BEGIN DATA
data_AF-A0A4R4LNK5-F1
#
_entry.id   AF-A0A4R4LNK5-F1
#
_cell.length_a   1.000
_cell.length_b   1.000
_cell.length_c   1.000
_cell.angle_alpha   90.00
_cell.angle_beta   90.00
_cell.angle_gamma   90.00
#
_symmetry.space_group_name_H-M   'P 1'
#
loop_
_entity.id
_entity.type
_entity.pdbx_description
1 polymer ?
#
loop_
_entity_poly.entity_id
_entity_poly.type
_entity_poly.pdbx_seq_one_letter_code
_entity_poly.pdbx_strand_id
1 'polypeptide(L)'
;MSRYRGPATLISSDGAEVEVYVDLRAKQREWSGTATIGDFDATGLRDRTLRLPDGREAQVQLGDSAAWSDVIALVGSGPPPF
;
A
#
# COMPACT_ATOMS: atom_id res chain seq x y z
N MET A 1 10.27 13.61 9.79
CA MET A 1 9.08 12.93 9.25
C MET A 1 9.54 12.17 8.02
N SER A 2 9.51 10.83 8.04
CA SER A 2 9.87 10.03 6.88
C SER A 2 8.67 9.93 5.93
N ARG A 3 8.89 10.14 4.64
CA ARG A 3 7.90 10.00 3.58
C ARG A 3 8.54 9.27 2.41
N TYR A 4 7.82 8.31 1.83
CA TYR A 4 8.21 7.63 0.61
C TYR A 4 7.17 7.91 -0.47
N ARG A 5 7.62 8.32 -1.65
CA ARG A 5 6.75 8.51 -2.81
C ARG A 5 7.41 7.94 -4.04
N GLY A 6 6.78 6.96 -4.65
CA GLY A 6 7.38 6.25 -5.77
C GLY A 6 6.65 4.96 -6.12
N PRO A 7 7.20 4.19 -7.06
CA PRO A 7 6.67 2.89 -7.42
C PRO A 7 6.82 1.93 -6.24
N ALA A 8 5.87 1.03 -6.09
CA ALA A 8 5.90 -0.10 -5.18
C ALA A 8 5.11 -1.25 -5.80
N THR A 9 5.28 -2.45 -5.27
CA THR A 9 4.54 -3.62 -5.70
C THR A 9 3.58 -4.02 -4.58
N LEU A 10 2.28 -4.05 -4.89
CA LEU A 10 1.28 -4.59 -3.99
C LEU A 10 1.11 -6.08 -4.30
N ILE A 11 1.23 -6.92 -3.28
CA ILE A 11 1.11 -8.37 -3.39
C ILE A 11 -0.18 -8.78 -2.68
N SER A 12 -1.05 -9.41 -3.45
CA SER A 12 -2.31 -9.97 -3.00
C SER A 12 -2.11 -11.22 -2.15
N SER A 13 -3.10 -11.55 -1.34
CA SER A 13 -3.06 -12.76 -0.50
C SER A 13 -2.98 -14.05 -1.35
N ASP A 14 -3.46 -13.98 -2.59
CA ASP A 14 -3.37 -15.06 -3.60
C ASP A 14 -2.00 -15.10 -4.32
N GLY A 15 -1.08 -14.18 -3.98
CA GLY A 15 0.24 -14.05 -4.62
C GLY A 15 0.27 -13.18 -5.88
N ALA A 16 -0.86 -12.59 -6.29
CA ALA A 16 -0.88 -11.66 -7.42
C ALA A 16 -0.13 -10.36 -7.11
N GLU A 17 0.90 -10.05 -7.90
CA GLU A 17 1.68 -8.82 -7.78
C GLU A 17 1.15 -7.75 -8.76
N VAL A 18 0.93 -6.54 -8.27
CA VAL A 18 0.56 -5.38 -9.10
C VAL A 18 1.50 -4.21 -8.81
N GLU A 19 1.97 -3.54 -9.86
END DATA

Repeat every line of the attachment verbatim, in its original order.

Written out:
data_AF-A0A4R4LNK5-F1
#
_entry.id   AF-A0A4R4LNK5-F1
#
_cell.length_a   1.000
_cell.length_b   1.000
_cell.length_c   1.000
_cell.angle_alpha   90.00
_cell.angle_beta   90.00
_cell.angle_gamma   90.00
#
_symmetry.space_group_name_H-M   'P 1'
#
loop_
_entity.id
_entity.type
_entity.pdbx_description
1 polymer ?
#
loop_
_entity_poly.entity_id
_entity_poly.type
_entity_poly.pdbx_seq_one_letter_code
_entity_poly.pdbx_strand_id
1 'polypeptide(L)'
;MSRYRGPATLISSDGAEVEVYVDLRAKQREWSGTATIGDFDATGLRDRTLRLPDGREAQVQLGDSAAWSDVIALVGSGPPPF
;
A
#
# COMPACT_ATOMS: atom_id res chain seq x y z
N MET A 1 10.27 13.61 9.79
CA MET A 1 9.08 12.93 9.25
C MET A 1 9.54 12.17 8.02
N SER A 2 9.51 10.83 8.04
CA SER A 2 9.87 10.03 6.88
C SER A 2 8.67 9.93 5.93
N ARG A 3 8.89 10.14 4.64
CA ARG A 3 7.90 10.00 3.58
C ARG A 3 8.54 9.27 2.41
N TYR A 4 7.82 8.31 1.83
CA TYR A 4 8.21 7.63 0.61
C TYR A 4 7.17 7.91 -0.47
N ARG A 5 7.62 8.32 -1.65
CA ARG A 5 6.75 8.51 -2.81
C ARG A 5 7.41 7.94 -4.04
N GLY A 6 6.78 6.96 -4.65
CA GLY A 6 7.38 6.25 -5.77
C GLY A 6 6.65 4.96 -6.12
N PRO A 7 7.20 4.19 -7.06
CA PRO A 7 6.67 2.89 -7.42
C PRO A 7 6.82 1.93 -6.24
N ALA A 8 5.87 1.03 -6.09
CA ALA A 8 5.90 -0.10 -5.18
C ALA A 8 5.11 -1.25 -5.80
N THR A 9 5.28 -2.45 -5.27
CA THR A 9 4.54 -3.62 -5.70
C THR A 9 3.58 -4.02 -4.58
N LEU A 10 2.28 -4.05 -4.89
CA LEU A 10 1.28 -4.59 -3.99
C LEU A 10 1.11 -6.08 -4.30
N ILE A 11 1.23 -6.92 -3.28
CA ILE A 11 1.11 -8.37 -3.39
C ILE A 11 -0.18 -8.78 -2.68
N SER A 12 -1.05 -9.41 -3.45
CA SER A 12 -2.31 -9.97 -3.00
C SER A 12 -2.11 -11.22 -2.15
N SER A 13 -3.10 -11.55 -1.34
CA SER A 13 -3.06 -12.76 -0.50
C SER A 13 -2.98 -14.05 -1.35
N ASP A 14 -3.46 -13.98 -2.59
CA ASP A 14 -3.37 -15.06 -3.60
C ASP A 14 -2.00 -15.10 -4.32
N GLY A 15 -1.08 -14.18 -3.98
CA GLY A 15 0.24 -14.05 -4.62
C GLY A 15 0.27 -13.18 -5.88
N ALA A 16 -0.86 -12.59 -6.29
CA ALA A 16 -0.88 -11.66 -7.42
C ALA A 16 -0.13 -10.36 -7.11
N GLU A 17 0.90 -10.05 -7.90
CA GLU A 17 1.68 -8.82 -7.78
C GLU A 17 1.15 -7.75 -8.76
N VAL A 18 0.93 -6.54 -8.27
CA VAL A 18 0.56 -5.38 -9.10
C VAL A 18 1.50 -4.21 -8.81
N GLU A 19 1.97 -3.54 -9.86